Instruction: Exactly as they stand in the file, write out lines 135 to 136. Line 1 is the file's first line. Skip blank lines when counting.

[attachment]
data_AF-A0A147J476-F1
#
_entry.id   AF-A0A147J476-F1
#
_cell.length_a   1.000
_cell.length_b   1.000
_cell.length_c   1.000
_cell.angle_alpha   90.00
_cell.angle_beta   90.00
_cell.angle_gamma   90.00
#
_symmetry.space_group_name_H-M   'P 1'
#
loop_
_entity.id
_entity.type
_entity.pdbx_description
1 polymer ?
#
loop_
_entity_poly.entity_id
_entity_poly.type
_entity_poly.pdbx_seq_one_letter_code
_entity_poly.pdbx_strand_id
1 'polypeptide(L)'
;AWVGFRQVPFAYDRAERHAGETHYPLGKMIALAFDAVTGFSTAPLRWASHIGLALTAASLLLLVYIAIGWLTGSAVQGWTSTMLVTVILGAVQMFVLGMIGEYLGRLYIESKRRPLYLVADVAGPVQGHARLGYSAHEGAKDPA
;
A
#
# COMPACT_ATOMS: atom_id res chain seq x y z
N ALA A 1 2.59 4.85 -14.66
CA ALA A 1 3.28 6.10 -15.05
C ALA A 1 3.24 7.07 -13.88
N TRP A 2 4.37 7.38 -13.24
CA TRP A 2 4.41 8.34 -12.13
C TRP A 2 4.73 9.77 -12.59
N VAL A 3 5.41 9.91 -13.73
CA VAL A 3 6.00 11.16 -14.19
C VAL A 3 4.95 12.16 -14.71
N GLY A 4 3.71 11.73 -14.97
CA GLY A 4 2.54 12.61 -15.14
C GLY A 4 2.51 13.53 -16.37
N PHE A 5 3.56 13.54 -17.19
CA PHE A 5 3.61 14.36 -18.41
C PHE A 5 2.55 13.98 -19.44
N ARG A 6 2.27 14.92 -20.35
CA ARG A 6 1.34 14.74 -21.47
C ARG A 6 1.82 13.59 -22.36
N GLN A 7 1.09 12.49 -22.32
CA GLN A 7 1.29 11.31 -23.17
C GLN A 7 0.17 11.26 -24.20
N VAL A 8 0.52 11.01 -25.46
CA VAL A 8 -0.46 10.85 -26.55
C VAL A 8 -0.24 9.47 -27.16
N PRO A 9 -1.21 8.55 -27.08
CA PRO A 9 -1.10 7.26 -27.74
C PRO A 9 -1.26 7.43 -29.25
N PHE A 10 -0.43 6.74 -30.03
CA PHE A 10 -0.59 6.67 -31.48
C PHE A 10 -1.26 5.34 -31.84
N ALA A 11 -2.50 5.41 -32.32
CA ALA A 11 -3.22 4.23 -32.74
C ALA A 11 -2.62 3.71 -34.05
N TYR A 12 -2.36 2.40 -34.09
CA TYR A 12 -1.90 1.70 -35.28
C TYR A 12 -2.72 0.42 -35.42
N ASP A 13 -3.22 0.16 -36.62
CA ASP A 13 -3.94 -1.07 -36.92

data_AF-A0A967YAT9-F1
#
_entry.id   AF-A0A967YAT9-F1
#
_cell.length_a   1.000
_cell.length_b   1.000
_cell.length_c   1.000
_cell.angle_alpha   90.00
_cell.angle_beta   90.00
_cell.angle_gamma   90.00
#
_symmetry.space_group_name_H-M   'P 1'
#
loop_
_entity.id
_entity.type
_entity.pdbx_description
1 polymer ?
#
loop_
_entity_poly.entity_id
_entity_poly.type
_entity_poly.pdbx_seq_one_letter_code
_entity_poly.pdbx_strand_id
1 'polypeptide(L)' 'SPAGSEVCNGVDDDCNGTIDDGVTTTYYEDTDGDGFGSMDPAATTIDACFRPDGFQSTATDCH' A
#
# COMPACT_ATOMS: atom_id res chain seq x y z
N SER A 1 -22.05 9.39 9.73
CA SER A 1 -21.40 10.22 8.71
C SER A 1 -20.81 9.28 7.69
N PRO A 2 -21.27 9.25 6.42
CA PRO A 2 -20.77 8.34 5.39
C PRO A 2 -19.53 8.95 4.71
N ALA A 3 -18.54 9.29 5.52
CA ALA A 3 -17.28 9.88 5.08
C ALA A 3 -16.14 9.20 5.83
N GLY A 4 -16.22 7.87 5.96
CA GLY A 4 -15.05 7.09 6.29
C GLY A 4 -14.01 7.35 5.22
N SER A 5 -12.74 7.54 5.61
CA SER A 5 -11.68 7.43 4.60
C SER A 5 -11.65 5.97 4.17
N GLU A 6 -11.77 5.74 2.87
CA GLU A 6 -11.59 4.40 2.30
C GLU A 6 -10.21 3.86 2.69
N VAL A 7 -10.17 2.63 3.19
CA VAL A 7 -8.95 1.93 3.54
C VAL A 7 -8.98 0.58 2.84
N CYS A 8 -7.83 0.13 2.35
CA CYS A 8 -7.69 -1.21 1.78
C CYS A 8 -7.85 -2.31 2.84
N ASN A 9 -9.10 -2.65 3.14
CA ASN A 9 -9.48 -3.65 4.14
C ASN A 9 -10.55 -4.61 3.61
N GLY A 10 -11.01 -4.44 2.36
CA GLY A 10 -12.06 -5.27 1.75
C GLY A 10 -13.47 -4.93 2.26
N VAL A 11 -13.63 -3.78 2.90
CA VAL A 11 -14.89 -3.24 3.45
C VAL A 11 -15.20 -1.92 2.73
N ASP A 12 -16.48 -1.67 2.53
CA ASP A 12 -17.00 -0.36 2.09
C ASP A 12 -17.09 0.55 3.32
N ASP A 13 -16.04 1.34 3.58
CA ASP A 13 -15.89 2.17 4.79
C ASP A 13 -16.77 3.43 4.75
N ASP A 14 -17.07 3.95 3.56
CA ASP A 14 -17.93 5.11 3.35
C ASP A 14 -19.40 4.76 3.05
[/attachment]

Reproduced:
N ASP A 14 -17.07 3.95 3.56
CA ASP A 14 -17.93 5.11 3.35